Metal Rubber^TM Sensors for Skin Friction Measurements

Award Information
Agency:
National Aeronautics and Space Administration
Branch
n/a
Amount:
$100,000.00
Award Year:
2009
Program:
STTR
Phase:
Phase I
Contract:
NNX09CF55P
Award Id:
90852
Agency Tracking Number:
080059
Solicitation Year:
n/a
Solicitation Topic Code:
n/a
Solicitation Number:
n/a
Small Business Information
1485 South Main Street, Blacksburg, VA, 24060
Hubzone Owned:
N
Minority Owned:
N
Woman Owned:
N
Duns:
008963758
Principal Investigator:
HangRuan
Principal Investigator
(540) 953-1785
hruan@nanosonic.com
Business Contact:
LisaLawson
Contracts Administrator
(540) 953-1785
Research Institute:
Virginia Tech, Dept. of Aerospace and Ocean Eng.

219-D Randolph Hall
Blacksburg, VA, 24061 6150
(540) 231-5283
Nonprofit college or university
Abstract
The objective of this NASA STTR program is to develop conformal thin film sensors and sensor arrays for the direct measurement and mapping of distributed skin friction on the surfaces of flight-test vehicles and wind tunnel models at DFRC and other NASA centers. NanoSonic would use its patented Metal RubberTM materials to fabricate the patterned "sensor skin" arrays. Metal RubberTM is a free-standing self-assembled nanocomposite that acts as a transducer to convert shear stress into changes into electrical impedance. During this program, NanoSonic would work cooperatively with Virginia Tech to develop an improved mechanical and electrical model of skin friction sensor performance that will allow quantitative optimization of material properties and suggest optimal methods for sensor attachment and use for NASA applications. We will perform synthesis of sensor skin materials with optimized transduction, hysteresis and environmental properties, specifically for high Reynold's number flow and also varying temperature use. We will fabricate patterned two-dimensional sensor arrays and internal electronics using optimized materials. NanoSonic and Virginia Tech will perform complete analysis of sensor cross-sensitivities and noise sources to allow optimization of signal-to-noise ratio and practical sensor sensitivity. Support electronics will be developed to acquire, multiplex, store and process raw sensor array data. NanoSonic and Virginia Tech will also experimentally validate sensor array performance through extended water and wind tunnel evaluation, and possible flight testing, and produce a first-generation skin friction sensor array and data acquisition electronics system for sale.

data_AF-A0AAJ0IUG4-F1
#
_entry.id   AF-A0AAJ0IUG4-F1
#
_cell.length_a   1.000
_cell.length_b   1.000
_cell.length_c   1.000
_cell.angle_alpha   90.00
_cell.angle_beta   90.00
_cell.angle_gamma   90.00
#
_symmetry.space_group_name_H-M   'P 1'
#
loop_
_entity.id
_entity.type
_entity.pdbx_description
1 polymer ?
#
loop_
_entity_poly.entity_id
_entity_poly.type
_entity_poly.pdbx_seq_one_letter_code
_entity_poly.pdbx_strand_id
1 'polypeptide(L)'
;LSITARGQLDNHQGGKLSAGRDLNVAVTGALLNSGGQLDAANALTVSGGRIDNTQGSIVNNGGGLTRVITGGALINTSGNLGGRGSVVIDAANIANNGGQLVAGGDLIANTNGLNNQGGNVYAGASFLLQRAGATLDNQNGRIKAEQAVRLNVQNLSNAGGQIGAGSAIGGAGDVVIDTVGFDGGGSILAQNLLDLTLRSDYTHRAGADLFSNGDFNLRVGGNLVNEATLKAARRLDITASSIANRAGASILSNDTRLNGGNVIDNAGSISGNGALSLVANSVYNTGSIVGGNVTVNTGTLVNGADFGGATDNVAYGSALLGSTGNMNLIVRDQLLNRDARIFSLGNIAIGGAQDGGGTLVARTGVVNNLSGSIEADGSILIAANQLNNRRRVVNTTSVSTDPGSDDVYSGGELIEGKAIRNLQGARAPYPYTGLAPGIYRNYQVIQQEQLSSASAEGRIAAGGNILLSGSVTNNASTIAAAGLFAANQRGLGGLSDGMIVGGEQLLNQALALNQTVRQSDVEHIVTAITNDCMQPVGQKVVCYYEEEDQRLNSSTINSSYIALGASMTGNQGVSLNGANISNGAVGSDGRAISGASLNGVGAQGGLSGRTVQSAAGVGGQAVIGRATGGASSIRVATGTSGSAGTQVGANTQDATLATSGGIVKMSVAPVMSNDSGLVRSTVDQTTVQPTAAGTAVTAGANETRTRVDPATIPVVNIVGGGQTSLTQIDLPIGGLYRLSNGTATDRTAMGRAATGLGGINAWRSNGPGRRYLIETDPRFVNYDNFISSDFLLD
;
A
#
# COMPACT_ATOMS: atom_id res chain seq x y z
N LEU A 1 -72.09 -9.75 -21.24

* information listed above is at the time of submission.

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